Acting Armenia PM suggests new elections to defuse political crisis
Crisis sees tens of thousands in anti-government protests despite PM quitting on Monday
Supporters of Armenian opposition leader Nikol Pashinyan at a rally in Yerevan, Armenia, on Wednesday. Photograph: Gleb Garanich/Reuters
Police took up positions in the centre of the Armenian capital Yerevan on Wednesday as tens of thousands of people protested against the ruling elite and the acting prime minister suggested new parliamentary elections to defuse the political crisis.
“The fight is not over!” said Susana Adamyan (21), one of the demonstrators, who was clutching a placard calling on people to take a stand as police looked on.
Other protesters, many of them young people, held portraits of government officials whose faces had been crossed out with red paint.
When senior members of the ruling Republican Party appeared nearby, a Reuters reporter heard people shouting at them “Go home! You’re a disgrace!”
Though protests have so far been peaceful, the sudden upheaval has threatened to destabilise Armenia, a Russian ally in a volatile region riven by its decades-long, low-level conflict with Azerbaijan.
Moscow, which has two military bases in Armenia, is closely watching events.
The crisis has seen tens of thousands of people take to the streets in anti-government protests in the last two weeks and looked to have peaked on Monday when Serzh Sarksyan, the object of protesters’ fury, resigned as prime minister.
Demonstrators, led by opposition leader Nikol Pashinyan, had accused Mr Sarksyan of manipulating the constitution to cling to power and crowds celebrated wildly after he quit.
Mr Pashinyan had been due to hold talks today with Karen Karapetyan, the acting prime minister, to decide on the next steps.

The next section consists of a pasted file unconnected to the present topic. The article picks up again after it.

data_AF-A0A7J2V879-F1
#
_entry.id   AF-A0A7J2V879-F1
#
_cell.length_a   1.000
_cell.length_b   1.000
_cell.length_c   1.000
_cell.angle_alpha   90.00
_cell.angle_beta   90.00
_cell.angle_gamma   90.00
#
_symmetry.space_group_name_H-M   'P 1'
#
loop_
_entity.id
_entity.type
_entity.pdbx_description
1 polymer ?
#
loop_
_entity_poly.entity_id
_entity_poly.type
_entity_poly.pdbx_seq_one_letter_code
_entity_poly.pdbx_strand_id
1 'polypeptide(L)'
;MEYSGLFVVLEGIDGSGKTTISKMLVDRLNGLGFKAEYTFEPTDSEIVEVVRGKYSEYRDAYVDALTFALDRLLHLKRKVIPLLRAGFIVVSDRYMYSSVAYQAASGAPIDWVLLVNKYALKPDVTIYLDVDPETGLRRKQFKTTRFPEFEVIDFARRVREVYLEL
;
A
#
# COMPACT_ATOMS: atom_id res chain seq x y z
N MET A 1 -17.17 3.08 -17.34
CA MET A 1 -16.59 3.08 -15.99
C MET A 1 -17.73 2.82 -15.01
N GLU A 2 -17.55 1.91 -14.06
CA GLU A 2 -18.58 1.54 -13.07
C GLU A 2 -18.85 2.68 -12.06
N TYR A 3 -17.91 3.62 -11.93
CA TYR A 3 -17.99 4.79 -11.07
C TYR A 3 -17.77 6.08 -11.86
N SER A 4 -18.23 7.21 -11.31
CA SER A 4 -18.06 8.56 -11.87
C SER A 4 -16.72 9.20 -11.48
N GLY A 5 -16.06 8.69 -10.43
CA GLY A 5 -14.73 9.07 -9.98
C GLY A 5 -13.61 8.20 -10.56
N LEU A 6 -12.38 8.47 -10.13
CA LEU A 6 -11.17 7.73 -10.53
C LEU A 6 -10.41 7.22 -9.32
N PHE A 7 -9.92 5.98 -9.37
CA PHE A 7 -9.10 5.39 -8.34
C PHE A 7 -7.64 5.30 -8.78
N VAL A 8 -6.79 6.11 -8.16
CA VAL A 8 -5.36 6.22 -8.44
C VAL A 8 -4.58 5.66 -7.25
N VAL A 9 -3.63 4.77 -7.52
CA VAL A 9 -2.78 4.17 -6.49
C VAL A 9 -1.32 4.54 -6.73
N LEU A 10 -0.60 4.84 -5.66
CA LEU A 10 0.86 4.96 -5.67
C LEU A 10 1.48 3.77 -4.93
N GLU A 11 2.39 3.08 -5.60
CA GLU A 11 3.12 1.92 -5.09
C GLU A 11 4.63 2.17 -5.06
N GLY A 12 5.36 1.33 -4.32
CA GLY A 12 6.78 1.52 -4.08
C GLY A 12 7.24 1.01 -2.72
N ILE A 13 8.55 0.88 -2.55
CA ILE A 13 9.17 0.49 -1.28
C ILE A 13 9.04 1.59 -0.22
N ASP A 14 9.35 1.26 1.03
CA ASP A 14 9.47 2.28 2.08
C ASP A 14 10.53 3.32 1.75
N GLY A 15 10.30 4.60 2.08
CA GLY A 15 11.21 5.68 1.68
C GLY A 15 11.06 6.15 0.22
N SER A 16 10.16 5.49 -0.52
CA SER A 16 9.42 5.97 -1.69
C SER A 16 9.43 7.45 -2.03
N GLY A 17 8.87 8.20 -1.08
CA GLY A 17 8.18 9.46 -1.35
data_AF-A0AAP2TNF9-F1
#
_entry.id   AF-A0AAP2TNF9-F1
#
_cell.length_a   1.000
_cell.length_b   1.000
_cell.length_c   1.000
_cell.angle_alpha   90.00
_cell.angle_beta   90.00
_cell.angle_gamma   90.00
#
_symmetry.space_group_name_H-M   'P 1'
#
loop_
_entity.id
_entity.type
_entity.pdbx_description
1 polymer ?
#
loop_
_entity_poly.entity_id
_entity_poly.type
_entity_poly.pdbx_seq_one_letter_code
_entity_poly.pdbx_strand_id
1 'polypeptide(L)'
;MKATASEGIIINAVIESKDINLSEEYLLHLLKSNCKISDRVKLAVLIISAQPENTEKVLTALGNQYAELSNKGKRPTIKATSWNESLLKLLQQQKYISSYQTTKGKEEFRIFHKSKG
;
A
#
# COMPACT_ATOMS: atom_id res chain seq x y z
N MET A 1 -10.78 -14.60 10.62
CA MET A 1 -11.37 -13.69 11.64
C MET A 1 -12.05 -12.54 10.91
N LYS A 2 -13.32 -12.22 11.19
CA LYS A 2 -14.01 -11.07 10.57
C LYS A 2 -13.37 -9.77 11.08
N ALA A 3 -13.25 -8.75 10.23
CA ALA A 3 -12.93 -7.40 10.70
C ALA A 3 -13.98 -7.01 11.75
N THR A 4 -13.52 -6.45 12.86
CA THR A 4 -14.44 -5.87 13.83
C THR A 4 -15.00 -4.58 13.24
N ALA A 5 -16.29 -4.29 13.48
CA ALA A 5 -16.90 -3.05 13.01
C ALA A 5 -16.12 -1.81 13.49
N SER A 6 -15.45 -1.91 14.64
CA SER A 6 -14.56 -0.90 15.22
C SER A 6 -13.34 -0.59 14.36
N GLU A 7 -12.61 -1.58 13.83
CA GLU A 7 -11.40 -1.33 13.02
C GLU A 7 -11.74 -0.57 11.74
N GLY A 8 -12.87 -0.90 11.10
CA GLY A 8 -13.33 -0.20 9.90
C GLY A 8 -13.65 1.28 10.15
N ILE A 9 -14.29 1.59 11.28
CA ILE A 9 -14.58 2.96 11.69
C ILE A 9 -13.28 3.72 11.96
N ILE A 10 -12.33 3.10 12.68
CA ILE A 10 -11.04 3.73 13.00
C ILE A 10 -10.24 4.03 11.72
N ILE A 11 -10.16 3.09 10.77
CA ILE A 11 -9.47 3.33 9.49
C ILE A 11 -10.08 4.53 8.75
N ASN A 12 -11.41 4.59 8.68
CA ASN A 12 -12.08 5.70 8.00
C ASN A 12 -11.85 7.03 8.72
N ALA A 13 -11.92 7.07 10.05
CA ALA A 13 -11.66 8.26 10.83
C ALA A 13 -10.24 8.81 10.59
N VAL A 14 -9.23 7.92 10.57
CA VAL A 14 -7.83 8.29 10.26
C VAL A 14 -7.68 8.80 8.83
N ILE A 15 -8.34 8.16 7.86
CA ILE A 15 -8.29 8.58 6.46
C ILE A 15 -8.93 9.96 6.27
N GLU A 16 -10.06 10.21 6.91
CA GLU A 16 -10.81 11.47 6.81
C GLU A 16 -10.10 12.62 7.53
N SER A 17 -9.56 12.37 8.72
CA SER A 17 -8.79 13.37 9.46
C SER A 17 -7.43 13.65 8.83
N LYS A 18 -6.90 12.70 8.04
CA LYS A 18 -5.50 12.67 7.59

Those talks were cancelled after the two sides failed to agree an agenda, however, and Mr Pashinyan declared late on Tuesday he was ready to become the people’s prime minister.
Mr Karapetyan suggested on Wednesday that early parliamentary elections be held so as to test the level of popular support for Mr Pashinyan and his potential viability as prime minister.
“What does ‘people’s candidate’ mean?” Mr Karapetyan asked at a news conference.
“I don’t know any country where a prime minister is chosen like that. There are elections for that. If he [Pashinyan] is the people’s choice, that means the people will choose him.”
The economy of the landlocked South Caucasus country of three million would face problems if the crisis continued, Mr Karapetyan said.
He did not say when new elections might be held.
In a sign the unrest could already be affecting the economy, Mr Pashinyan said protesters had blocked a customs post at the border with neighbouring Georgia.
Separately, President Armen Sarkissian said he would start talks with political forces to try to resolve the crisis.
“I am starting consultations with parliamentary and non-parliamentary representatives to discuss the situation that has been come about in the country and a way out of it,” Mr Sarkissian said in a statement.
Although thousands of people have taken to the streets and rallied behind him, political forces in parliament loyal to protest leader Mr Pashinyan hold only about 8 per cent of seats.
However, the second biggest party in parliament said on Wednesday it was joining the protest movement and would encourage its supporters to take to the streets. – Reuters